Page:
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Thursday, November 28, 2019

Clay Bodies



What are the different types of clay bodies?


Earthenware - is a low-fire clay body. Low-fire clays are fired between cones 06-04. Low-fire white and terra-cotta clays are examples of low fire clay bodies. Earthenware clay bodies remain porous after firing.

 
                           

Stoneware - is a mid to high fire clay body. Mid-fire clays are fired between cones 5-7. High-fired stoneware is fired between cones 8-11. Stoneware clays are refractory, with means they can withstand high temperatures. Stoneware clays are fired to vitrification which means they are not porous after firing and will not absorb water in use. Stoneware clay bodies are used for dinnerwares and pottery.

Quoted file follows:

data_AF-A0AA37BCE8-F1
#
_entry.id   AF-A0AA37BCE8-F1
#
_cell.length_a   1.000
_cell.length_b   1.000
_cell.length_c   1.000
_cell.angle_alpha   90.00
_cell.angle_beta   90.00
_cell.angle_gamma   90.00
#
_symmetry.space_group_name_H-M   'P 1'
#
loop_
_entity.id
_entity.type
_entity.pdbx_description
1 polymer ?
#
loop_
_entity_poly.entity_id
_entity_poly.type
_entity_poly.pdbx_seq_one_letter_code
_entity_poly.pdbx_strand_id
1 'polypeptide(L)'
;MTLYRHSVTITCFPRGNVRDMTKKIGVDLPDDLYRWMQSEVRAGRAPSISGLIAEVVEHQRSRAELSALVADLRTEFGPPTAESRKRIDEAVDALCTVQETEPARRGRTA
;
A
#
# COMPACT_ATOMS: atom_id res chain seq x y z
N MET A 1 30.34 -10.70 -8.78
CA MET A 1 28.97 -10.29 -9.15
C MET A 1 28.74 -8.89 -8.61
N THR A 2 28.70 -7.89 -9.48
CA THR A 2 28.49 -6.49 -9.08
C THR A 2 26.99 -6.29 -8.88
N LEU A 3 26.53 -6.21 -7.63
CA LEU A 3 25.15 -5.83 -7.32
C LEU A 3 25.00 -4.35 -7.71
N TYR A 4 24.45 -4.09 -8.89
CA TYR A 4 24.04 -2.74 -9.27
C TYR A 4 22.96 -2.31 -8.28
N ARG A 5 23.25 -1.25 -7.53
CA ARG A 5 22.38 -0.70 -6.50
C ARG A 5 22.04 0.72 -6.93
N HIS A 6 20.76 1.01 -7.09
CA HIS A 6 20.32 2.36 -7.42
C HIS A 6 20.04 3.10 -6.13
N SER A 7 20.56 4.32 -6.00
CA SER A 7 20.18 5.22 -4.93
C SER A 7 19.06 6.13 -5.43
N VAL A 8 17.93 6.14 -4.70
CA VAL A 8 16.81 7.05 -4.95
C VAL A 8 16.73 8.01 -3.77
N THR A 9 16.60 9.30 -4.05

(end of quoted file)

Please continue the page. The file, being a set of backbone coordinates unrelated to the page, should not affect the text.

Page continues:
Porcelain - is a white high fire clay body. Porcelain is a primary clay that was first discovered in China, it is valued for its brightness and if fired high enough it can become translucent.




Air Dry Clay - is a clay body that is soft and moldable. It contains a drying agent and air drys to a hard state.  It requires no baking or firing in a kiln. It remains porous but can be painted.

Plasticine - is an oil based clay body. The oil prevents the clay from drying out. It is reusable and will not fully harden.




Play Doughs - are soft and pliable. They are made from various ingredients intended for sensory play.





Grog - is crushed unglazed pottery or brick used as an additive to add strength to clay.




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